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Archive for the ‘Jews’ Category

It’s unfortunate that I love to read but can rarely remember the details for very long afterwards. I really should have blogged about this book as soon as I finished it. Perhaps that’s because I didn’t enjoy this title as much as Year of Wonders by the same author. That’s not to say that this wasn’t a good read.

The subject of the People of the Book is a Hebrew codex called the Sarajevo Haggadah, an elaborately illustrated work dating back to medieval Spain. Hanna is a book conservator who gets the opportunity of a lifetime. She is asked to restore the book when it is discovered in post-war Bosnia. As she examines the book she finds clues about the provenance of the Haggadah – a blood stain, a white hair, an insect part. We follow Hanna’s story as she tries to untangle the path that the book has taken, falls in love with the keeper of the book and struggles with her harshly critical mother. Interspersed with Hanna’s story is the tale of the book, beginning with its origins in medieval Spain and following it through major events in European history. The Haggadah inspires heroic acts of protection as well as greed.

I do love a story with a mystery to be unraveled – all the better if the mystery requires someone to spend some hours in a library searching through old archives and papers. Add the evocative place descriptions and the stories about how each character is affected by the Haggadah, and you have a pretty good package. There was something about the protagonist that was little off-putting though. For someone who travels the world and works in a demanding and sanctified field, she seems a little… I guess I want to use the word jejune. Her relationship with her mother in particular reminded me of something from a teen novel. But that may be unfair. After all, I know plenty of 30 and 40 somethings who still struggle with their family relationships, myself included!

Still, it was well worth the wait for this book. Those who enjoy the literary themes, historical mysteries and descriptive settings in this book might also like The Historian by Elizabeth Kostova and The Thirteenth Tale by Diane Setterfield. These might even hold some appeal for Da Vinci Code fans.

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My partner and I visited New York City in the spring, to celebrate his 40th birthday. We stayed in a ‘bed and coffee’ in Alphabet city. Apparently this was a prettyorchard.jpg rough area not that long ago, but has undergone a – is it revitalization, renewal, or gentrification? – I’m not sure. It was great to be in an area of the city where you could actually imagine yourself living, rather than the more touristed Manhattan destinations. We visited the Lower Eastside Tenement Museum and heard about the masses of immigrants who lived cheek by jowl in these tiny apartments. Often this was their first experience of America – straight from the docks into and dingy, crowded room in a tenement. I can’t really explain why I find this little part of history so fascinating, but ever since the visit I have been reading about the lower eastside.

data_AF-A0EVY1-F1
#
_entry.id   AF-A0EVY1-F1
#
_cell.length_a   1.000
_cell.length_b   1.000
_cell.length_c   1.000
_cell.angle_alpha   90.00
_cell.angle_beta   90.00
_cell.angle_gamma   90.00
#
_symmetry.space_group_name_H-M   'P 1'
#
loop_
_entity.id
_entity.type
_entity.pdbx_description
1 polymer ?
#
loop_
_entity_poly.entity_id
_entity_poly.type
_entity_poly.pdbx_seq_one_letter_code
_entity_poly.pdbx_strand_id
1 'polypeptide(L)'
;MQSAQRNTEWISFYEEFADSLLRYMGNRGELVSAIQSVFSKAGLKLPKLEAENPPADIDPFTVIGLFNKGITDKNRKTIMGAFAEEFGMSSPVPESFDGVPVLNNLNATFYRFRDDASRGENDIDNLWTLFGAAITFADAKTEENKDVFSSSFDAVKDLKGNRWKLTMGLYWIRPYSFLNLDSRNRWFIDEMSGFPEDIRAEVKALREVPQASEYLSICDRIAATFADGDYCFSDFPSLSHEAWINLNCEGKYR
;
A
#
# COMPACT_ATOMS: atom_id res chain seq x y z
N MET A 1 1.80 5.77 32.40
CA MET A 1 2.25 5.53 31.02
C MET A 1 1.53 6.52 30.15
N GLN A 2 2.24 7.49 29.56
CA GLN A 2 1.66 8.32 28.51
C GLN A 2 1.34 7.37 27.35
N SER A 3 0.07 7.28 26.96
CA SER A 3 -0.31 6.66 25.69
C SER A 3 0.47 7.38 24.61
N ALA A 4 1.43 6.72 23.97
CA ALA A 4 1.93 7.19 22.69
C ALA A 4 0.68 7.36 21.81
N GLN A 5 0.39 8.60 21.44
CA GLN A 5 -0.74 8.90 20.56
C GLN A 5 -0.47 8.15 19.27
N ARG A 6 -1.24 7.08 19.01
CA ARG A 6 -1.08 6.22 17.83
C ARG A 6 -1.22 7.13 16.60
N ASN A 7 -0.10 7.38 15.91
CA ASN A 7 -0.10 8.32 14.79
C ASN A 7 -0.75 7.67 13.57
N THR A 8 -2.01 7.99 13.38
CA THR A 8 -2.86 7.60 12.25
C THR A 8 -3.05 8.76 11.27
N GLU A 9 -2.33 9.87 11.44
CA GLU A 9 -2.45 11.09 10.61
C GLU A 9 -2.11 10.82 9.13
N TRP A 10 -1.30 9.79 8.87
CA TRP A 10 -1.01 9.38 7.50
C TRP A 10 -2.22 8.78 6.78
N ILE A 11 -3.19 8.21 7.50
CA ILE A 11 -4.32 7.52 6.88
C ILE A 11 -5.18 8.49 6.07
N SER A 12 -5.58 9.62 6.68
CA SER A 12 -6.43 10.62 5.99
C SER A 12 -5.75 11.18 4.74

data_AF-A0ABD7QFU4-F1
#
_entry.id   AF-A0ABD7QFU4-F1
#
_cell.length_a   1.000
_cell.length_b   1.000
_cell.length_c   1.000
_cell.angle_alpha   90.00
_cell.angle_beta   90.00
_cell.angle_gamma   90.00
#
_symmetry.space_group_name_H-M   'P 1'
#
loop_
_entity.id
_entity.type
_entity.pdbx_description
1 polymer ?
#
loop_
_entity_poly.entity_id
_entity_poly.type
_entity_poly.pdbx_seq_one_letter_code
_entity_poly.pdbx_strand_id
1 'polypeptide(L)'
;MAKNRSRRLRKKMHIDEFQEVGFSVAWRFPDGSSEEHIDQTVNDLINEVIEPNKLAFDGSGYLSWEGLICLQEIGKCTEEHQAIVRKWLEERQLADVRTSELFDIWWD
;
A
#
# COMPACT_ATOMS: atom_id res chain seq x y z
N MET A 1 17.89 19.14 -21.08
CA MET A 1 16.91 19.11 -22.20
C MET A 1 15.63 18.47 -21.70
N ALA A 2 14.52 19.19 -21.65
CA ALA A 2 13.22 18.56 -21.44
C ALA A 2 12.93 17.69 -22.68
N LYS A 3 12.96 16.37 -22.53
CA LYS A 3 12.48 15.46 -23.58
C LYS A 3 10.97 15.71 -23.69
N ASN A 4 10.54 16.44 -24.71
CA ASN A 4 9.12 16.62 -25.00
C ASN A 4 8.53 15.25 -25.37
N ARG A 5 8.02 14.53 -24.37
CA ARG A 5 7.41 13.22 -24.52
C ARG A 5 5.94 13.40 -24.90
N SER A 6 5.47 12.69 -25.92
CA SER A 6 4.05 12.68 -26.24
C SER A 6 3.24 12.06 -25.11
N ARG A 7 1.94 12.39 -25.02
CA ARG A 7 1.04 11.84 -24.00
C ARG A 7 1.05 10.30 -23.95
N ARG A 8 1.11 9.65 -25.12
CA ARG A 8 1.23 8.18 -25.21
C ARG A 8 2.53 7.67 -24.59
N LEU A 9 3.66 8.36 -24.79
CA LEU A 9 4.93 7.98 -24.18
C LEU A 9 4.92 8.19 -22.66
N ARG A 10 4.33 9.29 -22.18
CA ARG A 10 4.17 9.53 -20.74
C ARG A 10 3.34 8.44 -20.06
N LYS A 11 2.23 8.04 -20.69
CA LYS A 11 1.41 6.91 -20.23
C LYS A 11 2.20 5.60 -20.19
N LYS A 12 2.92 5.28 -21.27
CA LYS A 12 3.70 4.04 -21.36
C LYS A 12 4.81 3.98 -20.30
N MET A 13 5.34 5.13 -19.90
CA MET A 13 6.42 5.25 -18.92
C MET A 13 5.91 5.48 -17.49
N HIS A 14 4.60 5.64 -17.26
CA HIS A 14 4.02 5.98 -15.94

A subject heading search with “lower east side” and fiction lead me to Eleanor Widmer’s book Up From Orchard Street. This is the story of a Jewish family, living in the tenements in the 20’s and 30’s. Bubby is the matriarch of the story. She’s really the only adult who has any sense, so she acts as a parent to her grandchildren, while her son and his wife, Jack and Lil, carry on like a couple of kids in love. Jack and Lil make a spotty living in the fashion industry. They are fond of fine clothes and spend their evenings dressing up like a couple of swells and going to the theatre to spend money they don’t have. Bubby runs a restaurant out of the tiny living room. Her food is famous, but increasingly, she has to compete with the shiny new delicatessans moving into the neighborhood. The story is told from the perspective of Elka, the ugly duckling, and the brightest member of the family. She’s a reader and writer, and learns her craft recounting the stories of her childhood.

This is an autobiographical novel. Either that fact, or the fine writing makes you feel like you know what it would have been like to live on Orchard Street.

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